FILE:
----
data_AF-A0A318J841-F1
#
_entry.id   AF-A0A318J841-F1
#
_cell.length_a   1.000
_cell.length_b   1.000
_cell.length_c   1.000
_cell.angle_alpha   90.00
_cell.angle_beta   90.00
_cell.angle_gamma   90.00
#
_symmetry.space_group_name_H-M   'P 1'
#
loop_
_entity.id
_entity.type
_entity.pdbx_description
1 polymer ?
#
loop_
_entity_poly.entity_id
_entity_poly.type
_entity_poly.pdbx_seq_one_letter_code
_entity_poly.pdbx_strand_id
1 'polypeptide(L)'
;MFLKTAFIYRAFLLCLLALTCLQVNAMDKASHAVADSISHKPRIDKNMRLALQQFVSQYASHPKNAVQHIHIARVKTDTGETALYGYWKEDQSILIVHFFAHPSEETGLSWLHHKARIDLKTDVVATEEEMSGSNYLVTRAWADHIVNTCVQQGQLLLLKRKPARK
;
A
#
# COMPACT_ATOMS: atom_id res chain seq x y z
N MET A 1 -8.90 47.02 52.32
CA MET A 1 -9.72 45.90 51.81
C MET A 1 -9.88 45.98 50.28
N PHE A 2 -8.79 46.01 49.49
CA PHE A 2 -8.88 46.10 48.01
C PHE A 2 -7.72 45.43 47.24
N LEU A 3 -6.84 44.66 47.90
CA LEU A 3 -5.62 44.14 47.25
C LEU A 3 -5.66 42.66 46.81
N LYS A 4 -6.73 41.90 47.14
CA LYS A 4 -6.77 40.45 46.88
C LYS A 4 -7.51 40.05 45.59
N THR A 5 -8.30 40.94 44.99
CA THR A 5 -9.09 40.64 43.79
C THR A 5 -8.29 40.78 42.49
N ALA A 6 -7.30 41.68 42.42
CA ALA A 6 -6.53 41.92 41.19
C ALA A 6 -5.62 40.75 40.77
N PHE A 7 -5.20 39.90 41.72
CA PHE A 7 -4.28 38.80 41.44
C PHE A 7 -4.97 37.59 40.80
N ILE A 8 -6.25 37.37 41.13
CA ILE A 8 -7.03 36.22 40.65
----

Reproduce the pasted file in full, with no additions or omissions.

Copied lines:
data_AF-A0A318J841-F1
#
_entry.id   AF-A0A318J841-F1
#
_cell.length_a   1.000
_cell.length_b   1.000
_cell.length_c   1.000
_cell.angle_alpha   90.00
_cell.angle_beta   90.00
_cell.angle_gamma   90.00
#
_symmetry.space_group_name_H-M   'P 1'
#
loop_
_entity.id
_entity.type
_entity.pdbx_description
1 polymer ?
#
loop_
_entity_poly.entity_id
_entity_poly.type
_entity_poly.pdbx_seq_one_letter_code
_entity_poly.pdbx_strand_id
1 'polypeptide(L)'
;MFLKTAFIYRAFLLCLLALTCLQVNAMDKASHAVADSISHKPRIDKNMRLALQQFVSQYASHPKNAVQHIHIARVKTDTGETALYGYWKEDQSILIVHFFAHPSEETGLSWLHHKARIDLKTDVVATEEEMSGSNYLVTRAWADHIVNTCVQQGQLLLLKRKPARK
;
A
#
# COMPACT_ATOMS: atom_id res chain seq x y z
N MET A 1 -8.90 47.02 52.32
CA MET A 1 -9.72 45.90 51.81
C MET A 1 -9.88 45.98 50.28
N PHE A 2 -8.79 46.01 49.49
CA PHE A 2 -8.88 46.10 48.01
C PHE A 2 -7.72 45.43 47.24
N LEU A 3 -6.84 44.66 47.90
CA LEU A 3 -5.62 44.14 47.25
C LEU A 3 -5.66 42.66 46.81
N LYS A 4 -6.73 41.90 47.14
CA LYS A 4 -6.77 40.45 46.88
C LYS A 4 -7.51 40.05 45.59
N THR A 5 -8.30 40.94 44.99
CA THR A 5 -9.09 40.64 43.79
C THR A 5 -8.29 40.78 42.49
N ALA A 6 -7.30 41.68 42.42
CA ALA A 6 -6.53 41.92 41.19
C ALA A 6 -5.62 40.75 40.77
N PHE A 7 -5.20 39.90 41.72
CA PHE A 7 -4.28 38.80 41.44
C PHE A 7 -4.97 37.59 40.80
N ILE A 8 -6.25 37.37 41.13
CA ILE A 8 -7.03 36.22 40.65